Amsacrine (Intravenous)

Amsacrine interferes with the growth of cancer cells in the body so that they can be destroyed by the body, and is a form of chemotherapy for combatting acute adult leukemia.


Amsacrine interferes with the growth of cancer cells so that they can be destroyed by the body. This form of chemotherapy is suitable only for the treatment of adult leukemia and will have significant side effects on the body. The growth of normal body cells will also be affected by amsacrine, so other side effects will occur. Some of these may be very serious and must be reported to the doctor. Some effects may not occur until months or years after the medicine is taken.

Before beginning treatment with amsacrine, you should discuss both the positives and negatives of the drug with your doctor. The drug is only to be administered under the supervision of a doctor and is injected in a diluted form. Treatment will vary depending on condition, body size, and reaction.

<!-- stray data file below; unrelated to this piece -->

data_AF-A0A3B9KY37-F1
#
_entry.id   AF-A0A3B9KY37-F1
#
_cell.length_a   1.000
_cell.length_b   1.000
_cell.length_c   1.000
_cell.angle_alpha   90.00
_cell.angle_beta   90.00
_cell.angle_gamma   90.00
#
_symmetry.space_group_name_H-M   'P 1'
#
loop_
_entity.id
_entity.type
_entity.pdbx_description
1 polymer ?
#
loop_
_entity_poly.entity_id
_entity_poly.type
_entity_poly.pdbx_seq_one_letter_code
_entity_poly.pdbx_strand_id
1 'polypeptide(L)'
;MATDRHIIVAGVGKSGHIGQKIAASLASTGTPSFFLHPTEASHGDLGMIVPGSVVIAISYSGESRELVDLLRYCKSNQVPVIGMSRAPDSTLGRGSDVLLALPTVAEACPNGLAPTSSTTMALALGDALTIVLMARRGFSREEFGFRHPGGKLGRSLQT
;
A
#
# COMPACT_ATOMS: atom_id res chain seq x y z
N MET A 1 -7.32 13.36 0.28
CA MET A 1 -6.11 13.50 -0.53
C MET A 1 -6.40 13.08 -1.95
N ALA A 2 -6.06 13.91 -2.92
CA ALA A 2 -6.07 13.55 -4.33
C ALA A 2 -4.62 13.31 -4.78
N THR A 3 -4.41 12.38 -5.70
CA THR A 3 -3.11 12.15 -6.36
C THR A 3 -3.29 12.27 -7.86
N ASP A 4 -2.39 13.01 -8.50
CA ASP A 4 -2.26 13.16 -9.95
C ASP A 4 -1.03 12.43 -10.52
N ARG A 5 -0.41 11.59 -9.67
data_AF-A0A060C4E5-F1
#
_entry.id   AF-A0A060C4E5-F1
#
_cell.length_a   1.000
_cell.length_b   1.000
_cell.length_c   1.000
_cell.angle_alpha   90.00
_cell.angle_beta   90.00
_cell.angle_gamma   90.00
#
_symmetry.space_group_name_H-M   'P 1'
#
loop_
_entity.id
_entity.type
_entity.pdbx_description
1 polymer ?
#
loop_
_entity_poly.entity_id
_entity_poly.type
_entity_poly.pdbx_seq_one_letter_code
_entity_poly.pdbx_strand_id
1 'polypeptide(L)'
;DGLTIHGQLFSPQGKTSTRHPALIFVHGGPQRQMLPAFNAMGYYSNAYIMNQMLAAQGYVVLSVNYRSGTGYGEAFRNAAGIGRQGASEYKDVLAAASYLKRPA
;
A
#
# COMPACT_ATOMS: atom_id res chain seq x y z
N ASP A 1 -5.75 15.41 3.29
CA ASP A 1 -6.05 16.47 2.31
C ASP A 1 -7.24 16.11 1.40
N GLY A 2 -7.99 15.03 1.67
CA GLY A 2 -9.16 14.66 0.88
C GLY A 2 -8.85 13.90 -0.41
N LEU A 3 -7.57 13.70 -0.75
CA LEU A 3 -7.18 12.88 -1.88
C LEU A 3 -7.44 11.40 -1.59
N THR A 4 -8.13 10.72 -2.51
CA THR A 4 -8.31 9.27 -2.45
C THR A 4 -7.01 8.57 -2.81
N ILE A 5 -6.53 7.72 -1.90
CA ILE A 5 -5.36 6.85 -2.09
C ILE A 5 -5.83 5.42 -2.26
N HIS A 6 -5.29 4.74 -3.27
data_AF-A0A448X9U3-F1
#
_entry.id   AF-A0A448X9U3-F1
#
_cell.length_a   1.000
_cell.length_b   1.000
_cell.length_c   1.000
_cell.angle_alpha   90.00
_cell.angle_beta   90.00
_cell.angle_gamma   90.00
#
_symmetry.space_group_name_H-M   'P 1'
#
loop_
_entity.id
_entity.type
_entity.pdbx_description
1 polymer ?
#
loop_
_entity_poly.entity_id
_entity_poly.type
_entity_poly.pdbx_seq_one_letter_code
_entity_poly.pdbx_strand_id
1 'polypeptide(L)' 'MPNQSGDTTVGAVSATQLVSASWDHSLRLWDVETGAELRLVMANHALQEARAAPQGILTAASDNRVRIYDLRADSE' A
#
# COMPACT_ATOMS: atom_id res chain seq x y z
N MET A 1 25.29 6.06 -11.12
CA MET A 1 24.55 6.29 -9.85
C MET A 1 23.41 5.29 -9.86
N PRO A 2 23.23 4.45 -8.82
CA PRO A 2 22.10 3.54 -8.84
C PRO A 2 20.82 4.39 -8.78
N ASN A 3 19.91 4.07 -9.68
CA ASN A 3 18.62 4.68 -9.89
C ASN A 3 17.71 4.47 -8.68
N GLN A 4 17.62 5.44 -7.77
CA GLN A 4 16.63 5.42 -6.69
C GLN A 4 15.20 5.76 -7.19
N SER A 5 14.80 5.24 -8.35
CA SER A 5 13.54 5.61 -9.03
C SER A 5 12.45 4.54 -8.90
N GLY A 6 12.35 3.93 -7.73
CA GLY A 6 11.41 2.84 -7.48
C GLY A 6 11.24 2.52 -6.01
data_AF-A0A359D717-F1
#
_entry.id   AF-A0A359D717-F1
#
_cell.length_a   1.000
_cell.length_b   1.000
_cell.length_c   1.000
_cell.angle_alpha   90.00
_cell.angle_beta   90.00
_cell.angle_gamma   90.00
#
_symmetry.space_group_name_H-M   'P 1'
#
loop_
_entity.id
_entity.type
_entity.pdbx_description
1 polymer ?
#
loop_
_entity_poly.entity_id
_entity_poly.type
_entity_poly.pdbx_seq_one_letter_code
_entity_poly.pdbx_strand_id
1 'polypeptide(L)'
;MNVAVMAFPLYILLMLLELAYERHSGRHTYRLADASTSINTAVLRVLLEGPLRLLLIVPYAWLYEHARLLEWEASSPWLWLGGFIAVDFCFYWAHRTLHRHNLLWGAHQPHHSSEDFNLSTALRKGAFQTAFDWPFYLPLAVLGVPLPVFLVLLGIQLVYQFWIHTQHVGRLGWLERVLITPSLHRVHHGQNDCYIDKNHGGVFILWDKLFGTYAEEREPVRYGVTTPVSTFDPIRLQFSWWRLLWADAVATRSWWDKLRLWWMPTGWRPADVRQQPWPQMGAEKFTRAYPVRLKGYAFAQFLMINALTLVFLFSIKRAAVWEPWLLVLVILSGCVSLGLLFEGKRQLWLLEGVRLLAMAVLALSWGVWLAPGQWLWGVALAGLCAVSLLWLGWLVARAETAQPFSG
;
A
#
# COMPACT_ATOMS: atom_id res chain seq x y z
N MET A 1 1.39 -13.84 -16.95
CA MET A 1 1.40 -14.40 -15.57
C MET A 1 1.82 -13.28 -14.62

Amsacrine often causes vomiting and nausea but you should continue using the medication nonetheless. Your healthcare professional can advise you on how to minimize the effects, but they will occur when taking this medicine and you should not stop taking this treatment unless instructed to do so by your doctor.

Use of Amsacrine will cause hair loss, however, normal hair growth should usually return once the drug has ceased to be taken.

Condition treated

  • Acute adult leukemia

Type of medicine

  • Chemotherapy

Side Effects

Amsacrine will affect healthy cells as well as cancerous ones, so you should expect to experience side effects. Some side effects that you experience should not require medical attention, but your medical professional may be able to advise you on how to minimize the impact of them on your life. If any of the following occur then this is no cause for concern, but you should inform your doctor if they become bothersome or continue: